The laws of war, as subscribed to by most civilized nations -- even if adherence can be spotty -- draw an important distinction between uniformed prisoners of war and irregulars who wear no recognizable uniform, the better to meld into the general populace of non-combatants in order to act as spies or saboteurs, blowing up military installations behind the lines.
Once uniformed prisoners are taken, the rules call for them to be treated in a humane manner. Not so plainclothes spies, partisans and irregulars. In part because their activities blur the line between the military and the civilian populace, leading inevitably to more civilian casualties, the rules of war allow such operatives to be summarily lined up against a wall and shot.
Into which category above do the al-Qaida operatives captured after the attacks of Sept. 11, 2001, fall? They are certainly not uniformed prisoners of war, with a right to expect treatment as such under the Geneva or Hague conventions.
These al-Qaida thugs conspire to murder innocent women and children, without the slightest pretext that these are merely "collateral casualties" in a campaign against commonly recognized military targets. To what country can such thugs be remanded for justice? They can be taken out and shot at any time. The laws of war raise no objection.
From 2001 to 2003, when he was appointed a federal judge, Jay Bybee was head of the Justice Department's Office of Legal Counsel. In that role, he was asked for a legal opinion as to what interrogation techniques could be used on al-Qaida captives, in the -- finally successful -- attempt to get them to reveal their additional terrorist plans.
Documents recently released by the Obama administration -- even though heavily redacted -- reveal those interrogations were successful. Real plans for real additional deadly attacks, including one in Los Angeles, were revealed. The attacks could thus be thwarted. American lives were spared.
Mr. Bybee, now a justice of the 9th U.S. Circuit Court of Appeals and a senior fellow at the University of Nevada, Las Vegas Boyd School of Law, read and interpreted the law, as requested. There is no reason to believe he did anything but interpret -- to the best of his legal training -- what the law said. He wrote that using on the al-Qaida prisoners such techniques as simulated drowning, sleep deprivation, cramped confinement in boxes and other tactics do not constitute torture under the law.
Now, President Obama says Judge Bybee could be impeached for writing that 2002 memo.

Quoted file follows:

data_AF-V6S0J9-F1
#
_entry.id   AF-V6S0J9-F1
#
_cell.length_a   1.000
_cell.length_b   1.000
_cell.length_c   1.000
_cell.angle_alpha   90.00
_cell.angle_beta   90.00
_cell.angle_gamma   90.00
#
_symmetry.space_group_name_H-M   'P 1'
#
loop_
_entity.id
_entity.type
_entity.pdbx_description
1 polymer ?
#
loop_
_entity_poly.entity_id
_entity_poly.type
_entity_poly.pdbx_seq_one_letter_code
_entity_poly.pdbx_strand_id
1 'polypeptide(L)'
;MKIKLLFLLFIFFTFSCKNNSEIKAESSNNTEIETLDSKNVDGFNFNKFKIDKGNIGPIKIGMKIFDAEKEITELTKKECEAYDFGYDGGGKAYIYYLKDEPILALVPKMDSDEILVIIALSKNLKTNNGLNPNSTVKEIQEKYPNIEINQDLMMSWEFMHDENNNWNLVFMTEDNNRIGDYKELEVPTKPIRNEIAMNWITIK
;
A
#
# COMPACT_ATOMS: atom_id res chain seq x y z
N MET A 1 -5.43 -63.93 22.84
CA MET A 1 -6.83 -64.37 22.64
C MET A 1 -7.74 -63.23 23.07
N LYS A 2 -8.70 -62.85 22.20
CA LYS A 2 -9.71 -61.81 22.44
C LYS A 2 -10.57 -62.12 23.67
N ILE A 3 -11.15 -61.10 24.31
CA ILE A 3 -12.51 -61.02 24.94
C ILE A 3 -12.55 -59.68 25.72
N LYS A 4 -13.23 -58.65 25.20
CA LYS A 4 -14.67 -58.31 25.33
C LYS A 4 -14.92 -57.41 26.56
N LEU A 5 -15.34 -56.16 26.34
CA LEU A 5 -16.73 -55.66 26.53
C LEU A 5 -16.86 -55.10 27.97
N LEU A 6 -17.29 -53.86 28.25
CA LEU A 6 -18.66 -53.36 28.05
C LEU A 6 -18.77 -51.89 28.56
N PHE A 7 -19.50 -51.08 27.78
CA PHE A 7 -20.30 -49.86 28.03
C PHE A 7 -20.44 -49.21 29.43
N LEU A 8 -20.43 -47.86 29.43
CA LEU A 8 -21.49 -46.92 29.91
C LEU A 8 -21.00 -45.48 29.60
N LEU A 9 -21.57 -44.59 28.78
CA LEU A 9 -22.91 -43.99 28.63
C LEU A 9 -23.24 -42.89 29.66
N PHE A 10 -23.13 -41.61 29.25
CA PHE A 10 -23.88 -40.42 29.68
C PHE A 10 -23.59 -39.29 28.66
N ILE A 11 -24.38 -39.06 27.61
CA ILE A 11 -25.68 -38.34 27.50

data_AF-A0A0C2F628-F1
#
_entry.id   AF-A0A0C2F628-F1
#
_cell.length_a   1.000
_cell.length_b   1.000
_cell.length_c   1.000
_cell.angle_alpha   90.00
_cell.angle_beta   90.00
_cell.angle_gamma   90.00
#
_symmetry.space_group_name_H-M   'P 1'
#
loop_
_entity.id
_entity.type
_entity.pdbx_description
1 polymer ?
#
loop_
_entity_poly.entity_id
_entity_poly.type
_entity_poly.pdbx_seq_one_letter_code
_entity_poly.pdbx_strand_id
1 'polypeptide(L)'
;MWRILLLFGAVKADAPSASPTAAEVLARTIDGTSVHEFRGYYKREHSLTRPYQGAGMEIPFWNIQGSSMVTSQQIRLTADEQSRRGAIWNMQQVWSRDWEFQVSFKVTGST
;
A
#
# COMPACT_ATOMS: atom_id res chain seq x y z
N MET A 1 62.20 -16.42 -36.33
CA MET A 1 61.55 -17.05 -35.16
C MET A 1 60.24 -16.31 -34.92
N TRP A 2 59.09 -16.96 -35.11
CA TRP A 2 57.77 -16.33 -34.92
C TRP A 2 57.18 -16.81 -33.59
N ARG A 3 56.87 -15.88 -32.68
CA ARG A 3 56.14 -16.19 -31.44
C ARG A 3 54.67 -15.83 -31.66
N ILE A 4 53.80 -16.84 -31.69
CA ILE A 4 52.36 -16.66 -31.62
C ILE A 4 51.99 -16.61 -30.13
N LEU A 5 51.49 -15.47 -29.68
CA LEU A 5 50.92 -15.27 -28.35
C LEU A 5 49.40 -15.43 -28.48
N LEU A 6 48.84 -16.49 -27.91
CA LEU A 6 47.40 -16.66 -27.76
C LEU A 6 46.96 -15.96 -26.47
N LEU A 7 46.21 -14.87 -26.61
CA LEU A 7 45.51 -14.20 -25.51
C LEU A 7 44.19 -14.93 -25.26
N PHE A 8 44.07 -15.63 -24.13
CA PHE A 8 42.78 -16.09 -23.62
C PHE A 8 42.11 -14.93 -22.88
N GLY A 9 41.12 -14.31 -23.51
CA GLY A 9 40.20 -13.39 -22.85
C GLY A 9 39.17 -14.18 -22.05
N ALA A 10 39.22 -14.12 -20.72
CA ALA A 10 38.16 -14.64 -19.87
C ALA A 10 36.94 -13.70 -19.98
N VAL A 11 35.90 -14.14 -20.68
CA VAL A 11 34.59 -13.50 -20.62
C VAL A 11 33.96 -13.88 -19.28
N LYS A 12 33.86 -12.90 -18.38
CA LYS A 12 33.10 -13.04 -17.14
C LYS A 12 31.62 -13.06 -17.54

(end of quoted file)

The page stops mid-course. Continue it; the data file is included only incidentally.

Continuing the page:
On Tuesday, Nevada Sen. John Ensign called that prospect "outrageous."
"To call for him to be impeached when he was trying to give the proper legal advice is just ridiculous," Sen. Ensign told the Review-Journal. "You impeach people for ethical violations, for criminal violations. It would be like impeaching a member of Congress because they voted the wrong way."
Sen. Ensign further said he agrees with Mr. Bybee's reasoning.
"This was not torture," Sen. Ensign said. "This is the thing we have to get away from, that this is somehow accepted that it was torture. The United States does not engage in torture. This was 'advanced interrogation techniques.' "
Is that an attempt to draw too fine a line? Well, lines must be drawn somewhere. Our guys refrained from hooking anyone up to an electric generator, or pulling teeth with pliers. We certainly didn't cut off any heads with dull and rusty swords -- a technique our enemies have proudly videotaped themselves practicing ... on non-combatant journalists and charity workers.
How gentle must we be to please Mr. Obama's core peacenik constituency? Should mass murderers be expected to spill their future plans after we put them up in the presidential suite at the Boston Four Seasons and allow them daily consultations with a public defender, all on the U.S. taxpayer dime?
More to the point, does Barack Obama really want to set a precedent that -- within 100 days of a new administration taking office -- officials of the past administration will be subject to trial and imprisonment based on tactics adopted in good faith to combat this nation's murderous enemies?
Where would such a precedent end? Republicans will return to power, eventually. Should they begin, today, writing up indictments for every Obama official who proposes sending troops to Afghanistan, or to combat the Somali pirates? For every member of the Obama administration who plans to violate his or her oath of office to exercise only those powers specifically delegated in the Constitution?